Florida state law allows for increasingly severe penalties each time a resident is charged with and convicted of driving under the influence (DUI), with a third offense within ten years being treated as a felony offense. If you are charged with drunk driving again after that, though, you will face the harshest possible sanctions available, including prison time, steep fines, and administrative consequences that may last your entire life.
It is always important to have support from capable legal counsel when dealing with DUI charges, but it is absolutely vital if you have been charged with fourth-time DUI in South Florida. A DUI defense lawyer’s assistance can make all the difference in what sanctions you ultimately end up facing and whether you can ever legally drive in Florida again. Do not hesitate to reach out to Rossen Law Firm if you have been arrested. We are here to help, not to judge. We believe in fighting for you, and we will not rest until we explore every possible avenue with your defense.
So long as there are no injuries or property damage through drunk driving, first-time and second-time offenses are always considered misdemeanors, and third offenses can be either misdemeanors or felonies depending on when they occur relative to the previous two. However, fourth and subsequent DUI charges are always considered third-degree felonies under Florida Statutes §316.193, no matter how far apart the preceding charges happened or how far over the legal limit your blood alcohol concentration (BAC) was.
A fourth DUI conviction in Fort Lauderdale will result in a maximum prison term of five years, as well as a minimum $2,000 fine up to a maximum of $5,000. If you had a BAC of 0.15 percent or higher, or if you were driving drunk with a minor inside the vehicle, the minimum fine you would face upon conviction would be $4,000.
It is worth noting as well that since fourth-time DUI is a felony, it can count towards you being labeled as a “habitual felony offender” in accordance with Fla. Stat. §775.084. If you have two or more past felony convictions, you could be subject to a 10-year prison term instead of five upon conviction for a fourth-time DUI.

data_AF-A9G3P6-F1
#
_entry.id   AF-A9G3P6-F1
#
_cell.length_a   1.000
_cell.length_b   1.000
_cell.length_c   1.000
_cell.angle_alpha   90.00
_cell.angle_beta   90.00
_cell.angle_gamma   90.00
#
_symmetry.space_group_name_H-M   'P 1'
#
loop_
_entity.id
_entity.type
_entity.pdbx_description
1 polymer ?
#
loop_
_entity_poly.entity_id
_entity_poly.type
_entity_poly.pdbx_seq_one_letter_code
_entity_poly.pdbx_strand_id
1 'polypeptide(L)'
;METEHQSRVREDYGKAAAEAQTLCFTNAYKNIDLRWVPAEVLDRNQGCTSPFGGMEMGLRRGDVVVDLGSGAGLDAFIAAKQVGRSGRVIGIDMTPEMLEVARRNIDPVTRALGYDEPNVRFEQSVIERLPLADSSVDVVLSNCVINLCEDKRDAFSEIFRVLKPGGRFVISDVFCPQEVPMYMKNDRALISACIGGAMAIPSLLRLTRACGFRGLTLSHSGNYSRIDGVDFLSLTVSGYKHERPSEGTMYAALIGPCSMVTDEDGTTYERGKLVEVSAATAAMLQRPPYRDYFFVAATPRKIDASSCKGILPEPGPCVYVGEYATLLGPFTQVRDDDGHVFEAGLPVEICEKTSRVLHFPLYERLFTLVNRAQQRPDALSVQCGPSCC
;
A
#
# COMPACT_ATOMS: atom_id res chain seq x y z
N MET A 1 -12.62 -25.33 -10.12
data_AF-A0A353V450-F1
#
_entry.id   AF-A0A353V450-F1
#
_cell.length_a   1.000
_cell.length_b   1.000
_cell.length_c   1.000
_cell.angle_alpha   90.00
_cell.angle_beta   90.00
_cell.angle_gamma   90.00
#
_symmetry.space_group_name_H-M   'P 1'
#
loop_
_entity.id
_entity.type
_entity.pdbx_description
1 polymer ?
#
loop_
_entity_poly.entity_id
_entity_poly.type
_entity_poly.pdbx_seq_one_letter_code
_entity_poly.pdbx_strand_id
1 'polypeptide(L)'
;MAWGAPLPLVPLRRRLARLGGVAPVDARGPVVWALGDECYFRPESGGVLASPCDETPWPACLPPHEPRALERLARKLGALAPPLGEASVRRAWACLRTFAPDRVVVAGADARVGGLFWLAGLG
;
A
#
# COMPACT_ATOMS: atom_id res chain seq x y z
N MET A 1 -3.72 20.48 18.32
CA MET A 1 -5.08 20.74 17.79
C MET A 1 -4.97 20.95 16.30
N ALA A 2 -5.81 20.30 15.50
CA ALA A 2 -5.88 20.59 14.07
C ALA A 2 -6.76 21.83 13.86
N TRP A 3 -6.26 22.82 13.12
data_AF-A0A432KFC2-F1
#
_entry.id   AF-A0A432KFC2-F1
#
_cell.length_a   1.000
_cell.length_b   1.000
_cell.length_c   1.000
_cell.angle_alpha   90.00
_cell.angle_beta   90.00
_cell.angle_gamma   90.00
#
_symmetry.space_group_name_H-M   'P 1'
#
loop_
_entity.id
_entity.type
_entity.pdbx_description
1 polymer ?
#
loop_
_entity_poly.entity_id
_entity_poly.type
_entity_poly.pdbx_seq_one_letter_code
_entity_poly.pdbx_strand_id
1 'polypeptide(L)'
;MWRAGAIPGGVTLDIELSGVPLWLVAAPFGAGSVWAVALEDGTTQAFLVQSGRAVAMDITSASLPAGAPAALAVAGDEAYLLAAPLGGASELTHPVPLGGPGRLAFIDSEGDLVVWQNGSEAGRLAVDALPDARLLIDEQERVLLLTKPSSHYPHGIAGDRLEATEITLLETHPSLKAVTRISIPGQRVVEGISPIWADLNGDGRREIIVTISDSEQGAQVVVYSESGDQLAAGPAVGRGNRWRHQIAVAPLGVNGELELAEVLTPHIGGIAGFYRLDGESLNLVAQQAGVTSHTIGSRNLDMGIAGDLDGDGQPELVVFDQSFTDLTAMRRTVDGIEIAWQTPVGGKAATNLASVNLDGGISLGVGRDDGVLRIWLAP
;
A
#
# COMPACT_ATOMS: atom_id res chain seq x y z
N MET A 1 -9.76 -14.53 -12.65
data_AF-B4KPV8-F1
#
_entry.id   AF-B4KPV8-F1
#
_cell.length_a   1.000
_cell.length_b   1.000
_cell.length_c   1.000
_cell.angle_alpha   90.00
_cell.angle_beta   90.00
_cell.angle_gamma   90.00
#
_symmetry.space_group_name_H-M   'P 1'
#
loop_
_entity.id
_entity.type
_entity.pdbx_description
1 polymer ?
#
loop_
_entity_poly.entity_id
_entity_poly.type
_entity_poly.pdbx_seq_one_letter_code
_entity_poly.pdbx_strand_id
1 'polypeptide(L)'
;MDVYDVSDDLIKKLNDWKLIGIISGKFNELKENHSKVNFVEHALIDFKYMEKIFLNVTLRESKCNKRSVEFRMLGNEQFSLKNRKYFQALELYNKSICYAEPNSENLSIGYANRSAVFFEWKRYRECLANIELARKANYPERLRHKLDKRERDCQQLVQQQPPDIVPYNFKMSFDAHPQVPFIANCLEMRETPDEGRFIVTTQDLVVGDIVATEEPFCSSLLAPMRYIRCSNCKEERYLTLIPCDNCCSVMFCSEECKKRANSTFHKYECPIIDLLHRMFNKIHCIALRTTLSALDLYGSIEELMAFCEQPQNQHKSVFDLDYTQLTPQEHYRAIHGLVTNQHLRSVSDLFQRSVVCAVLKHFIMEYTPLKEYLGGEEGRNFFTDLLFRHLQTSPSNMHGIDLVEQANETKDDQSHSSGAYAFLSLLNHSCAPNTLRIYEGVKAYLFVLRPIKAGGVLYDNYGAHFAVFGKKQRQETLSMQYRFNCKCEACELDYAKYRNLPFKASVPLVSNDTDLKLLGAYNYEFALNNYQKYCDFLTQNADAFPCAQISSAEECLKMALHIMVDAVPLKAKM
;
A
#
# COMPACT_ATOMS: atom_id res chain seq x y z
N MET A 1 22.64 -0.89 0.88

There are technically no unique procedures under state law regarding how long you might have your vehicle(s) immobilized or impounded after release from incarceration or how long you must have an ignition interlock device put into those vehicles. However, this is not because state law is lenient on fourth-time offenders by any means.
Instead, it is because fourth-time DUI in South Florida is punishable by mandatory permanent revocation of the defendant’s driver’s license, beginning whenever they are released from incarceration. Certain individuals may be eligible to apply for hardship reinstatement of their license after five years, but you would be subject to numerous restrictions if that application were to be granted, which a seasoned lawyer can explain in more detail.
Aside from DUI manslaughter, there is no DUI offense codified under Florida state law that is punished more severely than fourth-time DUI. However, that does not mean you should not make every effort to protect your rights and contest the allegations against you to the fullest extent possible.
Representation from a dedicated defense lawyer is a necessity if you want to handle fourth-time DUI in Fort Lauderdale in a proactive way. You need the best DUI defense team in your corner, and we are ready to get to work for you. Contact Rossen Law Firm today to get started.
Rossen Law Firm’s legal team understands what’s at stake when you’re charged with a crime in South Florida. We’re committed to defending you and protecting your rights. Our legal team is ready to create a customized strategy for your case to fight for the best possible outcome. We handle Criminal, DUI, Federal, Domestic Violence, Marchman Act & Baker Act cases, and more.
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